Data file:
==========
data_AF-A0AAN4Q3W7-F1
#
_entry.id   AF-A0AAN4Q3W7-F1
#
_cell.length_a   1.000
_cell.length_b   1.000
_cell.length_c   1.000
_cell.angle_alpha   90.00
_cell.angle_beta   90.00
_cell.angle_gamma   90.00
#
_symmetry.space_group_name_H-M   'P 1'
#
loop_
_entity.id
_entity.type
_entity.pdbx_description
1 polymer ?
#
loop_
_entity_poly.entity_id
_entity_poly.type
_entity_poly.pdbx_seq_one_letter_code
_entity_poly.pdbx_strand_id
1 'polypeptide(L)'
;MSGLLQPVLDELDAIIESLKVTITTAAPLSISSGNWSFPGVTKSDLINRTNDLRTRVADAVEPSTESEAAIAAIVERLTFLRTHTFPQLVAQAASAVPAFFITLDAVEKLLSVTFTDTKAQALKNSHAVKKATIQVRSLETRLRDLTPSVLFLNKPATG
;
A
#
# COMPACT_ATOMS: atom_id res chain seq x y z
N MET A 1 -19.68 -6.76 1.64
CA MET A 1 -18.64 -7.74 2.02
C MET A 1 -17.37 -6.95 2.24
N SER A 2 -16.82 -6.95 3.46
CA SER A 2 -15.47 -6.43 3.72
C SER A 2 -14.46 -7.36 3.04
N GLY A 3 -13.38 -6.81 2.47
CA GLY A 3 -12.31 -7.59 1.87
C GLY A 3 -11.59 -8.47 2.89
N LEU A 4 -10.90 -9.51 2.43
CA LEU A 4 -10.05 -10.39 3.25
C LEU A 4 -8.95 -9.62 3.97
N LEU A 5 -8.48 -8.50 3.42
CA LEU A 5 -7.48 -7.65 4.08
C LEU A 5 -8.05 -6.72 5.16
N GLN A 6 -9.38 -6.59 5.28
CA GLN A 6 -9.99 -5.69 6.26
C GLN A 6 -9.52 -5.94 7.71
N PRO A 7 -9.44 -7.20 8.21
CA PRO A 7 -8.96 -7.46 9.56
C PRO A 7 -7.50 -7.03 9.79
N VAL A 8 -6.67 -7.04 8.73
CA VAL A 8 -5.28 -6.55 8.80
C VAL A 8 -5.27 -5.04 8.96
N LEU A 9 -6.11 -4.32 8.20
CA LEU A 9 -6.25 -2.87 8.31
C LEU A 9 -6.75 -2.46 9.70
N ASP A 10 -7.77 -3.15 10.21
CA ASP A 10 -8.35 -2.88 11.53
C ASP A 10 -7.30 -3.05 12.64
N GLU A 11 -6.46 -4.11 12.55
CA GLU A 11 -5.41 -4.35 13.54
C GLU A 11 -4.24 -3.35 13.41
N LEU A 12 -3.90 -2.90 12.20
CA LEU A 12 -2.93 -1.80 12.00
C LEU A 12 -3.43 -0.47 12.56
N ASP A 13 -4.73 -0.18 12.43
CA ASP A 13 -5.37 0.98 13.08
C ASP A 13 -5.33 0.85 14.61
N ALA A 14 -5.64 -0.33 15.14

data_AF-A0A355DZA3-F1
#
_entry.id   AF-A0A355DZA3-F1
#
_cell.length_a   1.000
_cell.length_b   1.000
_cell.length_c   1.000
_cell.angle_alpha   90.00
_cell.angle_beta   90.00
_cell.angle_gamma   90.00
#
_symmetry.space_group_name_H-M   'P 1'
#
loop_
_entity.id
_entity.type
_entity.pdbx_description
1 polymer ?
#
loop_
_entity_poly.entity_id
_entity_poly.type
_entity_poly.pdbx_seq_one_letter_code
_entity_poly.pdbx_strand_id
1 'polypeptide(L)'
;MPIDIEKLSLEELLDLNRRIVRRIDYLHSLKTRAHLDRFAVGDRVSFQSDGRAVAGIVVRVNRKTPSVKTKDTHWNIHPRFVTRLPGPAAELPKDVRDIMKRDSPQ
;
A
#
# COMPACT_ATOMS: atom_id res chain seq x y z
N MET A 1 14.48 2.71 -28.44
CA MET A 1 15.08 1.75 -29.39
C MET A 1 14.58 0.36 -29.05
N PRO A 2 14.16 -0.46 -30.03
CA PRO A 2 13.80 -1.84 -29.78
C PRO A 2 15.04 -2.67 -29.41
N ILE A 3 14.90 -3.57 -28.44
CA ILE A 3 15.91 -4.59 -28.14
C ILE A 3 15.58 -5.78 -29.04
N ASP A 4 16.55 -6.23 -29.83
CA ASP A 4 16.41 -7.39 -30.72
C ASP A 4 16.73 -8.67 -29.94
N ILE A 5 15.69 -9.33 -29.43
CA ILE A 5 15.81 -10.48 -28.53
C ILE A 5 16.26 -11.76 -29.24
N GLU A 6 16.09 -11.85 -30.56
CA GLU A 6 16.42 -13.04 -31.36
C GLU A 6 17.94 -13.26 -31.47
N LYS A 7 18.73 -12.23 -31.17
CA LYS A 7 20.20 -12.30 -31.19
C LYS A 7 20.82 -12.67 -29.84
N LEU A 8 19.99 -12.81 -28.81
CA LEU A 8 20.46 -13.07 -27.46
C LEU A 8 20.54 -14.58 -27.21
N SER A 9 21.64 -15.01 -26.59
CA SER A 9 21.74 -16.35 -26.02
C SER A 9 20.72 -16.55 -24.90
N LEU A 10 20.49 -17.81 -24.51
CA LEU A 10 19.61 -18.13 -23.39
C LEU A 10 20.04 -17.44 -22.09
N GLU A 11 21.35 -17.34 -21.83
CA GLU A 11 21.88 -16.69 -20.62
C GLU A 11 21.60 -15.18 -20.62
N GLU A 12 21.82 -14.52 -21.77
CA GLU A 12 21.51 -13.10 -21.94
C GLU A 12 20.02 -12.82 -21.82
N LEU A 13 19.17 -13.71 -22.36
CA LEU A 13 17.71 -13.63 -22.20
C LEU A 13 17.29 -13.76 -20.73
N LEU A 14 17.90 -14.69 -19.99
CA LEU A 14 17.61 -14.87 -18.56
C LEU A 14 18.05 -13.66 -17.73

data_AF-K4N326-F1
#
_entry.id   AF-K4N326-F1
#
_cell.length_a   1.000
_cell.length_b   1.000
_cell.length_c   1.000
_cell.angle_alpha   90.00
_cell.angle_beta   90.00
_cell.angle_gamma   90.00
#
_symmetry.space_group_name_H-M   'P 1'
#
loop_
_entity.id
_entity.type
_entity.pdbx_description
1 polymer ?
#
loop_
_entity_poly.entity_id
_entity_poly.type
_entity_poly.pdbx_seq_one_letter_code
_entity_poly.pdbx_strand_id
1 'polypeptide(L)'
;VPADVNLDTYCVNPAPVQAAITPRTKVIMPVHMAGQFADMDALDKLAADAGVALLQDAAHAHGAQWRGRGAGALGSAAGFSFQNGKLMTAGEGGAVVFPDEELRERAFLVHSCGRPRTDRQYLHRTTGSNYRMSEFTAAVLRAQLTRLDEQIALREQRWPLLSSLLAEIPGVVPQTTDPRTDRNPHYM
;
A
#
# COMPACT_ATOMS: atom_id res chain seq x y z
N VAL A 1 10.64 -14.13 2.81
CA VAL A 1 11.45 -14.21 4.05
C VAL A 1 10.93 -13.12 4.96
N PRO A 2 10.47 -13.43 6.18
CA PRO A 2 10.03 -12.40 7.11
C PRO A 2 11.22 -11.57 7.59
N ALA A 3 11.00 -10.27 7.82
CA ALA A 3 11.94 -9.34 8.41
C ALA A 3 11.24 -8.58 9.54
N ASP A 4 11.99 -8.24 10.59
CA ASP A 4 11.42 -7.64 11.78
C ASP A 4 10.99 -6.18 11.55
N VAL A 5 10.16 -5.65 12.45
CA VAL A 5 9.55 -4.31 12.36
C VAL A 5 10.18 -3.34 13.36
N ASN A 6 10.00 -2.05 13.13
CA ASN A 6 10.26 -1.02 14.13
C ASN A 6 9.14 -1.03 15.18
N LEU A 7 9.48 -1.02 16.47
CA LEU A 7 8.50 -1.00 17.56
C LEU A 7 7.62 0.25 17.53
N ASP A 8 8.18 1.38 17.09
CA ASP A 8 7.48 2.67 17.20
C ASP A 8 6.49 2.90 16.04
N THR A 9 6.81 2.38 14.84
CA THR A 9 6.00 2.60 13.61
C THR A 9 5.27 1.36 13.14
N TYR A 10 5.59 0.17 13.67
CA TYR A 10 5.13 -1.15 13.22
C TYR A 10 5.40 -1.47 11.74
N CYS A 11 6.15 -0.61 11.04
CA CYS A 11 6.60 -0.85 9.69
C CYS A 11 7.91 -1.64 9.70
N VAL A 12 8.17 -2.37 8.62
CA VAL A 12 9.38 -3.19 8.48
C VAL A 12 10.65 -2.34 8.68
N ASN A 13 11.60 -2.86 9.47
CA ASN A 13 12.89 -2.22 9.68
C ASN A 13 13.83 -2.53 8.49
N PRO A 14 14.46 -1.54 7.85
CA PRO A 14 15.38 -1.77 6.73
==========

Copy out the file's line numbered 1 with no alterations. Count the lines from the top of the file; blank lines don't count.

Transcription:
data_AF-A0AAN4Q3W7-F1